• by Anonymous Coward on Tuesday November 14, 2017 @10:55AM (#55546973)
      What performance boost? It disabled NoScript.
    • Re: (Score:3, Interesting)

      by Erioll ( 229536 )

      The real bear is losing extensions that take out LSOs - aka SuperCookies. The "suggested replacement" for Self-Destructing Cookies doesn't remove LSOs... thus it is not a replacement. The API is there now, but the author hasn't gotten off his ass yet to implement it. []

      Also Gestures extensions are worse, though at least somebody's trying. []

      Also no more tab groups - aka Panorama - which sucks ass. Not upgrading until I can get that, and wi

      • by Merk42 ( 1906718 ) on Tuesday November 14, 2017 @02:10PM (#55548543)

        And... and... and... WTF WERE THEY THINKING??? Make it so addon authors need to update things and/or re-create is bad enough, but then remove the underlying functionality? That's insane! It shouldn't be LESS CAPABLE.

        It's almost as if to address the performance issues that people have been bitching about would require a major architecture change, but no that's not it, they, like any company, specifically asked YOU what would piss you off and did that instead.

      • by threc ( 105464 )
        The Mozilla Foundation is in full on PR attack mode right now. Look at how they respond [] to users in the Firefox sub-reddit who dare discuss alternatives to keep legacy addons functional. The Firefox team probably realizes that if FF57 isn't a success the whole organization is sunk. The team is probably terrified they are going to lose a significant number of users and not make it up.
  • UI (Score:4, Insightful)

    by ISoldat53 ( 977164 ) on Tuesday November 14, 2017 @10:54AM (#55546969)
    Why does every change start with a new or changed interface?
  • by Anonymous Coward on Tuesday November 14, 2017 @10:56AM (#55546977)

    When it loses the whole POINT of the program? The add-ons are what made Firefox worth using as a primary browser. With the switch to the new version, they made all previous plugins incompatible, and most of the add-ons that I'd prefer to use won't be ported over, mostly out of disgust/disinterest by the developers, or simply that the tools are no longer available to accomplish the task anymore.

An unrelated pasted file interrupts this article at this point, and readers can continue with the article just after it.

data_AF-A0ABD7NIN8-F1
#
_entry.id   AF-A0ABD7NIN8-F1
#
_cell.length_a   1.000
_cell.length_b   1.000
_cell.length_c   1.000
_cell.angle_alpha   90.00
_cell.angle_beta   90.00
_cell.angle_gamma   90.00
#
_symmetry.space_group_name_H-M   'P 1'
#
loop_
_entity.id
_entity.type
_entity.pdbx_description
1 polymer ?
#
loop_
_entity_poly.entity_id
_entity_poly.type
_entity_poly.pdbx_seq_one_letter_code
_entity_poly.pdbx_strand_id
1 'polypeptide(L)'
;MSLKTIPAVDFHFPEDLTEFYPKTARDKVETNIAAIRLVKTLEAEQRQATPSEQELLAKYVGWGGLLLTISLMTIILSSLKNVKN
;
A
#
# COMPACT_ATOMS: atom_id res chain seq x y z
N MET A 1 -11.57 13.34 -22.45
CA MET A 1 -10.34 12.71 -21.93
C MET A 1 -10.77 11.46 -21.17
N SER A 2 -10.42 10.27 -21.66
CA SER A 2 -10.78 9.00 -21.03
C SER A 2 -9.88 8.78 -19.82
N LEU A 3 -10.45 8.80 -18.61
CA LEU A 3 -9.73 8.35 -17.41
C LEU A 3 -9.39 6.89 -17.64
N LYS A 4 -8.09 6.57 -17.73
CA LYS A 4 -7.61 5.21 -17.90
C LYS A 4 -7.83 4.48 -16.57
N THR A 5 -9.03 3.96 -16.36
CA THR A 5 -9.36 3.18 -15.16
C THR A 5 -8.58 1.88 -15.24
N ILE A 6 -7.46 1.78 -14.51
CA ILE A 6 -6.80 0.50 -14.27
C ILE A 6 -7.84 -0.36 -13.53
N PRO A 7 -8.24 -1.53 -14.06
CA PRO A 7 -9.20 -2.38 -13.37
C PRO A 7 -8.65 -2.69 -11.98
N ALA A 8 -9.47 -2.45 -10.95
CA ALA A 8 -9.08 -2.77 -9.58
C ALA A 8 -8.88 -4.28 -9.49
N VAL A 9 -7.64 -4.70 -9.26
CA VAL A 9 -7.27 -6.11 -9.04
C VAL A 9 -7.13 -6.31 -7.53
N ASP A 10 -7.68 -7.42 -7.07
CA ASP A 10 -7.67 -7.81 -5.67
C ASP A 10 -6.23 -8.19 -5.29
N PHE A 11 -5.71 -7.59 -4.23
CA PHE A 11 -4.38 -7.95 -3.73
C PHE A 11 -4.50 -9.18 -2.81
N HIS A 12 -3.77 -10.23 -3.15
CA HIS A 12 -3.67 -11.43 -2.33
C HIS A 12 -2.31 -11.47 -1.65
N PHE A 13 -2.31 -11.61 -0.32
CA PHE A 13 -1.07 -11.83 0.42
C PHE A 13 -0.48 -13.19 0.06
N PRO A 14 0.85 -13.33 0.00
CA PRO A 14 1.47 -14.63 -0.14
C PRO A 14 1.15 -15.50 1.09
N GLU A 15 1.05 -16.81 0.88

This is somewhat akin to a new version of Steam coming out, that disables all Steam games until a new version of each game comes out requiring XBox One controller-only controls. They decided keyboard/mouse was potentially insecure. Sure - some users will celebrate this, but it kind of defeats the point of the platform at large. Eventually, it might get good again - but you're throwing away too much now to be worth that.

    • The old extension API was horribly insecure, would expose all browser internals. The WebExtensions does improve security since there are better controls, and a user has to approve an extensions access to information. There is no direct access to the filesystem. Policing extensions was a huge problem and you could not trust the stuff that was in the repository because of the old API and its open ended access.

      Another reason was major architectural changes to the browser meant the old API was going to break an

      • by PGaries ( 827288 ) on Tuesday November 14, 2017 @01:14PM (#55548129)
        Indeed. Having an extension system in which malicious extensions can hide that they're installed while monitoring everything you do on the Web was a pretty big security hole. That's why I'm glad Mozilla transitioned to the new system despite the loss of functionality.
      • by AntiSol ( 1329733 ) on Tuesday November 14, 2017 @06:15PM (#55550509)

        It's kind of funny how often I see people justifying this insanity by talking about how horribly insecure the old API was. Kind of funny because in over a decade I have had exactly zero problems with addons doing nasty things. And I can recall hearing about exactly zero addons doing nasty things.

        But we want to kill the old API,!

        It reminds me of that time McLaren realised that they could increase the power to weight ratio of their F1 cars by removing that heavy steering wheel.